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Brexit: put patients first, say doctors

Union Jack and EU flag being ripped apart

Doctors have appealed to both sides of the ongoing Brexit negotiations to put politics aside to protect patients’ health following the UK’s exit from the EU.

Medical representatives from across Europe came together to outline the serious repercussions of the UK leaving without arrangements in place to protect medicine and healthcare, one month ahead of the UK’s scheduled exit from the EU.

The BMA was among more than half a dozen European medical organisations, along with the CPME (standing committee of European doctors), at the event which took place at the European Parliament on 27 February.

The event heard how medicine was one of the most mobile professions in Europe in part thanks to mutual recognition of professional qualifications, and how this mobility had benefited the UK and Europe through the exchange of knowledge and mutual learning.

The CPME warned that finding ways of maintaining cooperation post-Brexit was essential to safeguarding the continent against infectious-disease outbreaks and cross-border health issues.


Lives ruined

The event also saw the BMA highlight the personal effect Brexit was having, by showcasing the stories of a number of EU doctors working in the NHS whose lives had been thrown into uncertainty over the past two-and-a-half years.

Spanish dermatologist Julio Bassas-Vila, who works in Spain and also undertakes locum work in the UK, spoke of how having the opportunity to work in two countries had vastly improved his own professional knowledge and career opportunities.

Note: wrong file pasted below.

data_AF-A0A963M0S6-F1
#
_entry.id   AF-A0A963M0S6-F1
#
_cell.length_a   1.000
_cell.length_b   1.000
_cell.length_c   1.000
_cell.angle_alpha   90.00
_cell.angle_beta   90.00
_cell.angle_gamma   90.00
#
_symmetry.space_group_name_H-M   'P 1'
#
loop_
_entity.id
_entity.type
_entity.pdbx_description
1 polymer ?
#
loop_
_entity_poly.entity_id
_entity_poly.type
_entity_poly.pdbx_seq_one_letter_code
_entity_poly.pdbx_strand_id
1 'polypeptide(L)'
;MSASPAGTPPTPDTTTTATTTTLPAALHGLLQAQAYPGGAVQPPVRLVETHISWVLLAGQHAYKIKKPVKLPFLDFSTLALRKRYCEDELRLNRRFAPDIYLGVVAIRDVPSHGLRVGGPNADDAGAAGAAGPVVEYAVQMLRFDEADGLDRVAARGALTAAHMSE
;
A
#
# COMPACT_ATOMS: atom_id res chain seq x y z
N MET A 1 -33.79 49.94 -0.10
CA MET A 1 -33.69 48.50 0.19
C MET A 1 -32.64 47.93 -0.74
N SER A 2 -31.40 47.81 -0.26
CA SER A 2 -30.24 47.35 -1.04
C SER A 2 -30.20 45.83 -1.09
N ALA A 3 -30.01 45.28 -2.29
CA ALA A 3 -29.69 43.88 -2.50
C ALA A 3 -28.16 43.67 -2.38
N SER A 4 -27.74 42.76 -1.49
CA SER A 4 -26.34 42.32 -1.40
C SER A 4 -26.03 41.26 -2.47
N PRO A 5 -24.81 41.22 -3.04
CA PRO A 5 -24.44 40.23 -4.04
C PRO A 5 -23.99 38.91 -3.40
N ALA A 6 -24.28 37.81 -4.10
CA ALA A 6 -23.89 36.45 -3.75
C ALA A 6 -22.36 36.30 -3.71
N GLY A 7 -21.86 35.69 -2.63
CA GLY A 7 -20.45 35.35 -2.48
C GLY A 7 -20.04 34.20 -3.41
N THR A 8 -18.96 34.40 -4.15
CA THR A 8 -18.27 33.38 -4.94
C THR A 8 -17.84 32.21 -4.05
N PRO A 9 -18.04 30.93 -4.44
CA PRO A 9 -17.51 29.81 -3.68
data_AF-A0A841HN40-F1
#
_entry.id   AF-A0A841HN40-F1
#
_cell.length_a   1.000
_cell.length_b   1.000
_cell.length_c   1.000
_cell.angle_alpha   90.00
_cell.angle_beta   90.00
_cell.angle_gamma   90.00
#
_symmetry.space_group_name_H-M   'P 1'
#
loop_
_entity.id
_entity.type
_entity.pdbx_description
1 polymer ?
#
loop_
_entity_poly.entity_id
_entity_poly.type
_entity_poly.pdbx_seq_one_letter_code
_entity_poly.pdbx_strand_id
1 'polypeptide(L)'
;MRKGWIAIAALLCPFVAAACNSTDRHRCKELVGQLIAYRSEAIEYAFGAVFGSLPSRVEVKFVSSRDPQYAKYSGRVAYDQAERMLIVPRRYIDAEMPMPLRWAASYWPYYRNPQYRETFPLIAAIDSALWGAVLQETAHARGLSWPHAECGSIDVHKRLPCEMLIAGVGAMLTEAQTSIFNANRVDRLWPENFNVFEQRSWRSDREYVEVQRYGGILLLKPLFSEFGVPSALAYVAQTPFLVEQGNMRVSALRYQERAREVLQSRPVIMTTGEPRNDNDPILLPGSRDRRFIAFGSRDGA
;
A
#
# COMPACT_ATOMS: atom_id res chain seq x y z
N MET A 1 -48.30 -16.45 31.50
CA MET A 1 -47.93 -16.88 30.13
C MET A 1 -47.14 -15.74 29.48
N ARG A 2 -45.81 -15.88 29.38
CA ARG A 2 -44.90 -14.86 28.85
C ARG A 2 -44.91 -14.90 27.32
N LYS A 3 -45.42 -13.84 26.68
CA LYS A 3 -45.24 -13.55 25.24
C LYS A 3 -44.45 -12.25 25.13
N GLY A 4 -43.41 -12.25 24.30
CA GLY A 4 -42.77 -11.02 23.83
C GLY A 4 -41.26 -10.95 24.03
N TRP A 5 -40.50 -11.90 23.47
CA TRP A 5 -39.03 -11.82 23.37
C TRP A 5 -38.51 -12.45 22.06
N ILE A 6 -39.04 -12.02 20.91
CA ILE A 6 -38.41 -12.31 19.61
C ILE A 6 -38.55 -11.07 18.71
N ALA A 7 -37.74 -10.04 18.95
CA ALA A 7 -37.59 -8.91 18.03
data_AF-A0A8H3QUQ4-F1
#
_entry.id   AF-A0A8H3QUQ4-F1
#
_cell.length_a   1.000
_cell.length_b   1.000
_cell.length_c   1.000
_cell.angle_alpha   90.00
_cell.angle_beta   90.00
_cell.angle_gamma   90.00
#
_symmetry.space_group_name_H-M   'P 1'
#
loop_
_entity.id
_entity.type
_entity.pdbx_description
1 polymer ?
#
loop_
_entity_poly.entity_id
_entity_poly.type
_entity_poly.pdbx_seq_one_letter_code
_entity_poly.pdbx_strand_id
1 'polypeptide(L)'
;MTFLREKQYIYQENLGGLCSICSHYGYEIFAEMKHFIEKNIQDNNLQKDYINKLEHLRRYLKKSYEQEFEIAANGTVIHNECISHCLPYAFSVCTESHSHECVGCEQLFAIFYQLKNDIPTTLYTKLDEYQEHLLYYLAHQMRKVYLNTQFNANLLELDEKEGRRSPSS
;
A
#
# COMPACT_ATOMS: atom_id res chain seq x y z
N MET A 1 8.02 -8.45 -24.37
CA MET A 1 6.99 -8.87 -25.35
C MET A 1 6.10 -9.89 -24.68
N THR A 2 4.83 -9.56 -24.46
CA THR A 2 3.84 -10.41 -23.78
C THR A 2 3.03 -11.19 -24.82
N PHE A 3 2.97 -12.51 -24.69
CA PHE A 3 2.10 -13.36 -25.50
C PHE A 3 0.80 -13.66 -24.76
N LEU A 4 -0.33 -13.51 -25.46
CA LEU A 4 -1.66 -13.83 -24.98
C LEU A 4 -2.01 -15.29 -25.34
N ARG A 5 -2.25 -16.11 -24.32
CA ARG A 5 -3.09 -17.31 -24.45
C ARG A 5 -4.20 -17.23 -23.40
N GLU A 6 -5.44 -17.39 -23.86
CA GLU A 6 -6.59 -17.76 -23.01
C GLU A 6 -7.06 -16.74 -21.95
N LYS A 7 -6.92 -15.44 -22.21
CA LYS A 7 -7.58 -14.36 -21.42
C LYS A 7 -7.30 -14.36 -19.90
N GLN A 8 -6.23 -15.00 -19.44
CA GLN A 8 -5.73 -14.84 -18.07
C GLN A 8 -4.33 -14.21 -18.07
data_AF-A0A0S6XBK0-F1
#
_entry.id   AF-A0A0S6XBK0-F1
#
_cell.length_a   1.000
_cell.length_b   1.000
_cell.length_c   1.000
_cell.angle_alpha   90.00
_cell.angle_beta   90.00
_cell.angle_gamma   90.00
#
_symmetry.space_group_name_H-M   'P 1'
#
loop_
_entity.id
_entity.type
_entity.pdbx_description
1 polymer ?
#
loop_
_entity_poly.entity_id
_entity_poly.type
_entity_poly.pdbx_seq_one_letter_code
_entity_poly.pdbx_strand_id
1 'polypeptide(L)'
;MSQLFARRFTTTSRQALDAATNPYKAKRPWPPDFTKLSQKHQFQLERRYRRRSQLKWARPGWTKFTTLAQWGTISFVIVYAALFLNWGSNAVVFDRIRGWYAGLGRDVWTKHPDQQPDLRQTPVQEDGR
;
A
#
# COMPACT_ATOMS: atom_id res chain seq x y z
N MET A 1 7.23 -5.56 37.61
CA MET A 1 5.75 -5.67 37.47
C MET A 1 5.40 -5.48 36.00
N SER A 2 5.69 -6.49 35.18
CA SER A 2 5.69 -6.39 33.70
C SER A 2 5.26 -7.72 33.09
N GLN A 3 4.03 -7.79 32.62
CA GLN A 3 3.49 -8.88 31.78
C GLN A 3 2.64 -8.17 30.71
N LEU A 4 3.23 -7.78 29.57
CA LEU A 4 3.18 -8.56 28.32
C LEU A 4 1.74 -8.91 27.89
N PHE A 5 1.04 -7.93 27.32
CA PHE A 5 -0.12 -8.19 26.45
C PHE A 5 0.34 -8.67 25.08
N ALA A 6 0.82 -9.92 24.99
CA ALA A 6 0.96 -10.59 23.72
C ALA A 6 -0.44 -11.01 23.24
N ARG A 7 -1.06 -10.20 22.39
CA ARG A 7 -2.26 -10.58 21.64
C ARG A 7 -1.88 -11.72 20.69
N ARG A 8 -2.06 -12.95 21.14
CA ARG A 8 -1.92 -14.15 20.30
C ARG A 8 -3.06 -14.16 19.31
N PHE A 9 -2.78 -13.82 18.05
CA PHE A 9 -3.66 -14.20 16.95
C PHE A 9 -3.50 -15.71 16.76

He added that Brexit had made him feel less welcome in the UK and that the Government needed to work fast to ensure that the NHS was able to continue to attract and retain doctors from the EU.

The issue of medical mobility and the unique and vital role that this plays on the island of Ireland was emphasised by GP Dennis McCauley from the Irish Medical Organisation. He graduated in the Republic of Ireland and now works at a surgery in County Donegal in the Irish border area.

He said that freedom of movement across the border allowing patients from north and south to be treated in either country had helped to save lives and enabled some hospitals to become economically viable.

Find out more about the BMA’s work on Brexit

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